Scandalous Financial Benchmarking?

I just stumbled across an old post of mine, and couldn’t help reposting some of it in the light of recent events.

All those financial wizards were making a fortune based on the money they were “creating” — money that has since turned out to be largely fictitious. Top hedge fund managers were earning more in the time it took for an average New York City cab ride (8 minutes) than the average American made in a year.

As I said with a cartoon at the time: “who’s being taken for a ride?!”

Top hedge fund managers made over $657M in 2006. You can use this handy calculator to work out how long it took them to make more than you did all year — the time to brush their teeth? Take a shower? Commute?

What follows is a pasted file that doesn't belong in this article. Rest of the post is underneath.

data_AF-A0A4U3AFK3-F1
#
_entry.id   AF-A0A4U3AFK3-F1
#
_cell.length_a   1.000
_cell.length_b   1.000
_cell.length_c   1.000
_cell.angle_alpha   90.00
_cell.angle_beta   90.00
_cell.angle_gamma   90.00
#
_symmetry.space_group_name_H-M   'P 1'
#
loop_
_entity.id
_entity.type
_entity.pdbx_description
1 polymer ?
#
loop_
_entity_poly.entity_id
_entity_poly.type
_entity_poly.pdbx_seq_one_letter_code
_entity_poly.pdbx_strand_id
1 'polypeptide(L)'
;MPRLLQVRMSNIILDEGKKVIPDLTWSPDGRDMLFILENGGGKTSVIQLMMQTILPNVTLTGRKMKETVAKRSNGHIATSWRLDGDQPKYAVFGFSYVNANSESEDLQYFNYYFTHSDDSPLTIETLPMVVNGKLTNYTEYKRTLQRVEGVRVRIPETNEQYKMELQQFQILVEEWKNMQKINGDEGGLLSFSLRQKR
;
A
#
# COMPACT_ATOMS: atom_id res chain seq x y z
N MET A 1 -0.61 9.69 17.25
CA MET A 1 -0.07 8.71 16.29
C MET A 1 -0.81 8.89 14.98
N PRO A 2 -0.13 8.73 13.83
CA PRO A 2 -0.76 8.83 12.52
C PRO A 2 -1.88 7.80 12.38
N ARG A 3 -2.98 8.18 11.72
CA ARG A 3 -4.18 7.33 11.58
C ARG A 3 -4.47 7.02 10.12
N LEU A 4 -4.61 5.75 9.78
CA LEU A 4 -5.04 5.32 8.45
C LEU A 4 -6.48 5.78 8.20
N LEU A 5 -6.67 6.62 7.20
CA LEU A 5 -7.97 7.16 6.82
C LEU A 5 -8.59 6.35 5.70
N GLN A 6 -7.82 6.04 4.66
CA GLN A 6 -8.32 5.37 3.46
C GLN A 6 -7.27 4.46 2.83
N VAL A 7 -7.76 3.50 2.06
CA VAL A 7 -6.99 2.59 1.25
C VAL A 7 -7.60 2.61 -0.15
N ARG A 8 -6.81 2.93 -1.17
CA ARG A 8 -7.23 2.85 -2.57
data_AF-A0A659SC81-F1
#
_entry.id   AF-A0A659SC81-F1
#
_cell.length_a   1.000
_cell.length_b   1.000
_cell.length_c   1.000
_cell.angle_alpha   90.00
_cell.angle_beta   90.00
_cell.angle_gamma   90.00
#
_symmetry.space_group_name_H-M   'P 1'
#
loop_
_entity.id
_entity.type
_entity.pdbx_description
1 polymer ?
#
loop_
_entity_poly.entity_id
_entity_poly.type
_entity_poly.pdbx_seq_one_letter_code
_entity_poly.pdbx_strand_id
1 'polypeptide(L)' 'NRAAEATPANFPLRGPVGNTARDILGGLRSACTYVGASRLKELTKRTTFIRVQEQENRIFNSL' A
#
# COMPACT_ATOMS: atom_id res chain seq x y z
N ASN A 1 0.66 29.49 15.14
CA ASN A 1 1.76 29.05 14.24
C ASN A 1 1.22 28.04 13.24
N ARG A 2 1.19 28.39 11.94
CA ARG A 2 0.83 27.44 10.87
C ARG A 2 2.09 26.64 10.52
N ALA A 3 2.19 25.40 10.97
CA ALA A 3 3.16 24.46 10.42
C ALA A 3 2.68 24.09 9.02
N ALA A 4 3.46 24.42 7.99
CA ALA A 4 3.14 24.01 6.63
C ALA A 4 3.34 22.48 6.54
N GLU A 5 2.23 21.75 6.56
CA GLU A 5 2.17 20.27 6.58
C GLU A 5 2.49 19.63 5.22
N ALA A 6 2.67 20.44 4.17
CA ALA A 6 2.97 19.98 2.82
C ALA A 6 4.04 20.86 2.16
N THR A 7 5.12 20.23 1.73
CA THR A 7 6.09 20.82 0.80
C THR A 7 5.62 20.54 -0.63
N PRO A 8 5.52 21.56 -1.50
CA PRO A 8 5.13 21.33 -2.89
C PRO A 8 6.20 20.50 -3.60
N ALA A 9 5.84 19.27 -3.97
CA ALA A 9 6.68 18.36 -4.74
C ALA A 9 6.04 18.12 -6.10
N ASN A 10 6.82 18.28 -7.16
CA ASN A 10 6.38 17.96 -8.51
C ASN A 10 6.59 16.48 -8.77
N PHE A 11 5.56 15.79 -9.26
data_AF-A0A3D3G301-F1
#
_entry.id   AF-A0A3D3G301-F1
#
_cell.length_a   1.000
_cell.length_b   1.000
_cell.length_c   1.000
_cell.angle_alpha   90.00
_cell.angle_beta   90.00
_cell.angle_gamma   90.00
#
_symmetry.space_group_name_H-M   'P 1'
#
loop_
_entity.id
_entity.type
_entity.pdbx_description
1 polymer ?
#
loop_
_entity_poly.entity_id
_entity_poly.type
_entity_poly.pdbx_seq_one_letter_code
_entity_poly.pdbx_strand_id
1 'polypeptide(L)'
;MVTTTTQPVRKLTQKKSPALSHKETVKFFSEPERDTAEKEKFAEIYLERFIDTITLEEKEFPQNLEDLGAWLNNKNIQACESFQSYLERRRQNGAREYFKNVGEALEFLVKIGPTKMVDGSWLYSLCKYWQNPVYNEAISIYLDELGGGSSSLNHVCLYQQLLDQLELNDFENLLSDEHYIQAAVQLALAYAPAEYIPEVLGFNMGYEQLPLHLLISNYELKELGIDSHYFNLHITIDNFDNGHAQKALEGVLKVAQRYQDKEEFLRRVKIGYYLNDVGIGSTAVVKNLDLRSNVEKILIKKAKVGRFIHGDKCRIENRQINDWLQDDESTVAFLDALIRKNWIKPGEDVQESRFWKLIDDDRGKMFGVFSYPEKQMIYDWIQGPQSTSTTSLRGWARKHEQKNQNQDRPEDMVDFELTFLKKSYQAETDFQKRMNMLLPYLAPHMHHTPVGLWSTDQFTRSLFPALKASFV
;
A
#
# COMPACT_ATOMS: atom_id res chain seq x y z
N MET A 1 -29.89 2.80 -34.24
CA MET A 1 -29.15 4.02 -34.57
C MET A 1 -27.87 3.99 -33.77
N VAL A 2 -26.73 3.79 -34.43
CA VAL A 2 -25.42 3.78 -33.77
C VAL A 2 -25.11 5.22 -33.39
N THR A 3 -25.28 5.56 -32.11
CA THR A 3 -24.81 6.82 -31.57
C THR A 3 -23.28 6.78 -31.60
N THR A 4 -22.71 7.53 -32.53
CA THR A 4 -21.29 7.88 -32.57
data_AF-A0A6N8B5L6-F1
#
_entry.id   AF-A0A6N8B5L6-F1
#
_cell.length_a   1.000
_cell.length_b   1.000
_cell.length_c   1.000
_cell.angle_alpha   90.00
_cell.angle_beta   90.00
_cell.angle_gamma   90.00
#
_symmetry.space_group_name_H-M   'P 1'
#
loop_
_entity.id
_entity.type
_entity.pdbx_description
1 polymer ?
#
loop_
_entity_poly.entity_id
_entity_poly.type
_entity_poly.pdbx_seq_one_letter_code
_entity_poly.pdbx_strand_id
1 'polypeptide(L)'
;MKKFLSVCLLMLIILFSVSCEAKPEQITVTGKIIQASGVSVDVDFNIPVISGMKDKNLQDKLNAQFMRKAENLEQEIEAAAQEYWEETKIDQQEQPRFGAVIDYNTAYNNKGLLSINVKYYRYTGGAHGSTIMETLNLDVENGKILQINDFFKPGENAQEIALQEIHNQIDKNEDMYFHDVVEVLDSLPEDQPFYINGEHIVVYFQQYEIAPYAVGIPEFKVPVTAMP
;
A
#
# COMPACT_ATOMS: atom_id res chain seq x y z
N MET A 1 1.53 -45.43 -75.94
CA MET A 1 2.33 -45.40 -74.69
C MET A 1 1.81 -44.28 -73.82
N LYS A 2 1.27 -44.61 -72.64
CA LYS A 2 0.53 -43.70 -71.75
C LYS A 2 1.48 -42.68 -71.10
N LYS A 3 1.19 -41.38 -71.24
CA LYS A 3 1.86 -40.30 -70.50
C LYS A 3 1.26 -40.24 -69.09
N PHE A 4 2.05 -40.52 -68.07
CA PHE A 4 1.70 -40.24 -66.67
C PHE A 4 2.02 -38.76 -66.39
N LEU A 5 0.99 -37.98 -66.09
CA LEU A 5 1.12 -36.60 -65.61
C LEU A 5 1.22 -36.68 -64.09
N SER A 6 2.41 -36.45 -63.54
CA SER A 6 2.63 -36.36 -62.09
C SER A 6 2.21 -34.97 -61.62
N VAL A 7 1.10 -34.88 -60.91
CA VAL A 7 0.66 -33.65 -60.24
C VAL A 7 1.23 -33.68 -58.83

(model below — you will probably have to connect directly to the site to see it)

Unbelievably, the financial industry apparently STILL thinks that million-dollar bonuses are perfectly reasonable for work they do (for example, it’s argued that it’s needed to retain the “best and brightest” at AIG).

Benchmarking is a great practice — but you have to know when to update your benchmarks!

Sources: Pay statistics, time usage stats, NY cab ride, commute, TV watching. Model built using Crystal Xcelsius.